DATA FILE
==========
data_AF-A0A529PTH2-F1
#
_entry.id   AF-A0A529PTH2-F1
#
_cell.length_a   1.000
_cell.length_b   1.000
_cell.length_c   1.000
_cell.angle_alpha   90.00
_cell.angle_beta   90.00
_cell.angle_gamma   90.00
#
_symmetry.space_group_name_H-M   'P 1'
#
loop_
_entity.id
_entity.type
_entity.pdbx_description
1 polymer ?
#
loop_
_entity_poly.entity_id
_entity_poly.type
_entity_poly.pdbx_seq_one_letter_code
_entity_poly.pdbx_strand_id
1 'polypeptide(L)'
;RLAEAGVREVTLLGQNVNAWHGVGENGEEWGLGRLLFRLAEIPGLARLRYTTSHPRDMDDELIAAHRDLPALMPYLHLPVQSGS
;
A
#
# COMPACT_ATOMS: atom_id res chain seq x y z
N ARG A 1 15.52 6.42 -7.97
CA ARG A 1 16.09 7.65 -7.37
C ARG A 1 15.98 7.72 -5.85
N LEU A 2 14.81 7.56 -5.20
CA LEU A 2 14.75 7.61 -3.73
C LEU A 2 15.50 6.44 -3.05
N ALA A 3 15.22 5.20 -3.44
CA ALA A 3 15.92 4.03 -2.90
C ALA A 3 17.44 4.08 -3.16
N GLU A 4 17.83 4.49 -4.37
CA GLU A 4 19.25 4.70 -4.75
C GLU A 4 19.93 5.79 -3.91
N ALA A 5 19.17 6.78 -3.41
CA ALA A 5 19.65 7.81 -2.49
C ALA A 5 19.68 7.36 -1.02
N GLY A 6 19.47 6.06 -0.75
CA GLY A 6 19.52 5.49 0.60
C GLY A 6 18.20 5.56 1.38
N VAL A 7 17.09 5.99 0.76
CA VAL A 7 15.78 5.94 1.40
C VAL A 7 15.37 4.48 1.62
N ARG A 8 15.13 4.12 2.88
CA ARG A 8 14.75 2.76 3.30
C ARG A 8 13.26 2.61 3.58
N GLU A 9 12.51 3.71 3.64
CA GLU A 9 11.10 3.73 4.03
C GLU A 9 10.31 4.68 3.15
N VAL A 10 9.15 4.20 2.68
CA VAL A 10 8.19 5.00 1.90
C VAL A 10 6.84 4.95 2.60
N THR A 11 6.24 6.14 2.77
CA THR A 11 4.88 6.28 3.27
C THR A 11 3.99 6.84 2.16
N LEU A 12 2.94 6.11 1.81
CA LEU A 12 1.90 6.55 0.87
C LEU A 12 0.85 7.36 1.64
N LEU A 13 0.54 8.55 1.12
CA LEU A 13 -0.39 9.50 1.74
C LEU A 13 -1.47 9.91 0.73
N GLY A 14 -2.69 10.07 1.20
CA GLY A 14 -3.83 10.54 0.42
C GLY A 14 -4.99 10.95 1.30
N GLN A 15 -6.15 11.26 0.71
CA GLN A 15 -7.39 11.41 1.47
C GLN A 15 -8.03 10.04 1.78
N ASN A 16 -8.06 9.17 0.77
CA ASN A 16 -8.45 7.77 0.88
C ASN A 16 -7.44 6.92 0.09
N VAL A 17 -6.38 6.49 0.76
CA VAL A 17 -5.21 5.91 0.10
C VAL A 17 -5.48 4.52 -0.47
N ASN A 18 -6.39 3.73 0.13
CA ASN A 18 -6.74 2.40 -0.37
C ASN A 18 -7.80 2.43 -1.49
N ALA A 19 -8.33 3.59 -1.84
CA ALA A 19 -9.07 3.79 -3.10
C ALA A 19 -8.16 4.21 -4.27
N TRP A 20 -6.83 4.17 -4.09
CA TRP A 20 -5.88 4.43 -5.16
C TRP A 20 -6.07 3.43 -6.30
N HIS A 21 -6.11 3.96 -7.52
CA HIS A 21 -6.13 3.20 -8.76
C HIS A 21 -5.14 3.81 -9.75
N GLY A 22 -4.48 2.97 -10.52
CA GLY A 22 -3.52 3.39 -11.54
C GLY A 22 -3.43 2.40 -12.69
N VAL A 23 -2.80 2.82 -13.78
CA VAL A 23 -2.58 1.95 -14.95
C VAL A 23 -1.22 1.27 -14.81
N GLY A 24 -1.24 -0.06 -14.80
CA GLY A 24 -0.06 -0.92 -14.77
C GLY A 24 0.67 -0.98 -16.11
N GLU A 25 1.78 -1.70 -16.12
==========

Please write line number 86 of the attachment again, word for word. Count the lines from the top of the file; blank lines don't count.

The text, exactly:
CA ALA A 19 -9.07 3.79 -3.10